Home Economy Michigan Builders Call Gov. Whitmer’s Workplace Requirements Unconstitutional

Michigan Builders Call Gov. Whitmer’s Workplace Requirements Unconstitutional

In this Thursday, May 21, 2020 photo provided by the Michigan Office of the Governor, Michigan Gov. Gretchen Whitmer speeks during a news conference in Lansing, Mich. Whitmer is relaxing coronavirus restrictions to lift a ban on nonessential medical and dental procedures, reopen retail shops and let residents gather in groups of 10 or less. The small social gatherings can start immediately. Retails stores and auto dealerships can reopen by appointment only starting Tuesday. Medical, dental and veterinary offices can resume nonessential procedures beginning May 29. (Michigan Office of the Governor via AP, Pool)

A group of Michigan builders and contractors have filed a lawsuit against Governor Gretchen Wilson’s executive order requiring construction sites to protect workers from contracting coronavirus, saying the directive exceeds her authority.

Whitmer, a Democrat, on May 1 signed an order allowing residential and commercial construction to restart on May 7.

The lawsuit, filed by the Mackinac Center Legal Foundation Associated Builders and Contractors of Michigan on behalf of 900 builders and a private landscaper, contends that enormous fines companies face for not protecting workers by taking temperatures, requiring gloves and restricting the sharing of tools are unconstitutional.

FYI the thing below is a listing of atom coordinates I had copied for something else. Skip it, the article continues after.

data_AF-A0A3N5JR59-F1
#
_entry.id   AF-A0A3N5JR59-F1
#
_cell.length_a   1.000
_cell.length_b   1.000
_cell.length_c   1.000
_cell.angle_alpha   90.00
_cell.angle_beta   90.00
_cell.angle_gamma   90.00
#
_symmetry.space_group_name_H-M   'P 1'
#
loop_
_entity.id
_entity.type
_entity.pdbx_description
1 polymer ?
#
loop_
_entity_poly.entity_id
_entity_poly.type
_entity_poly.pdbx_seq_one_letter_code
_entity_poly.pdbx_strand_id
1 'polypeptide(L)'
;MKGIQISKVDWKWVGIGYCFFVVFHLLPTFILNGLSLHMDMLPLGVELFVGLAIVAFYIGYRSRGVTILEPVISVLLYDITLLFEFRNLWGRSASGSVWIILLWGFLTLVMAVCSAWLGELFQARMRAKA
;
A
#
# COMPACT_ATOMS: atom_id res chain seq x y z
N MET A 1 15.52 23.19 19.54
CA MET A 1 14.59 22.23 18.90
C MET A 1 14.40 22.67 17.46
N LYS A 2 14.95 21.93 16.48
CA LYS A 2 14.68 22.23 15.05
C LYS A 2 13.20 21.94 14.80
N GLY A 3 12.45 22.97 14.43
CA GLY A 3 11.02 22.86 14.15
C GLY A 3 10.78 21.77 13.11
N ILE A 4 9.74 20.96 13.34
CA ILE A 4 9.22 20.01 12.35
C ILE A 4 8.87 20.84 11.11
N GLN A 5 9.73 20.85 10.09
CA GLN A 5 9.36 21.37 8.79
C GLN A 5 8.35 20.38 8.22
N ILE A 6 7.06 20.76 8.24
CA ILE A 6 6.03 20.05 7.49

Breaking the directive carries a $500 fine and 90-day jail sentence. But the governor also said not following the order also breaks the Michigan Occupational Safety and Health regulations, which is punishable by up to $70,000 a day in fines.

“Gov. Whitmer’s approach threatens the safe jobs of Michigan workers who from the start have led the way, creating the gold standard of safe worksites during the COVID-19 public health crisis,” said Jeff Wiggins, state director for ABC Michigan, in a press release.

Wiggins added: “Michigan’s more than 100,000 craft trades professionals deserve safety and certainty from state government as they return to their jobsites. They also deserve to have a voice in the rules process. Instead, they are threatened by the arbitrary, unclear and unconstitutional enforcement methods set to be dispatched throughout the state to intimidate good, honest workers.”


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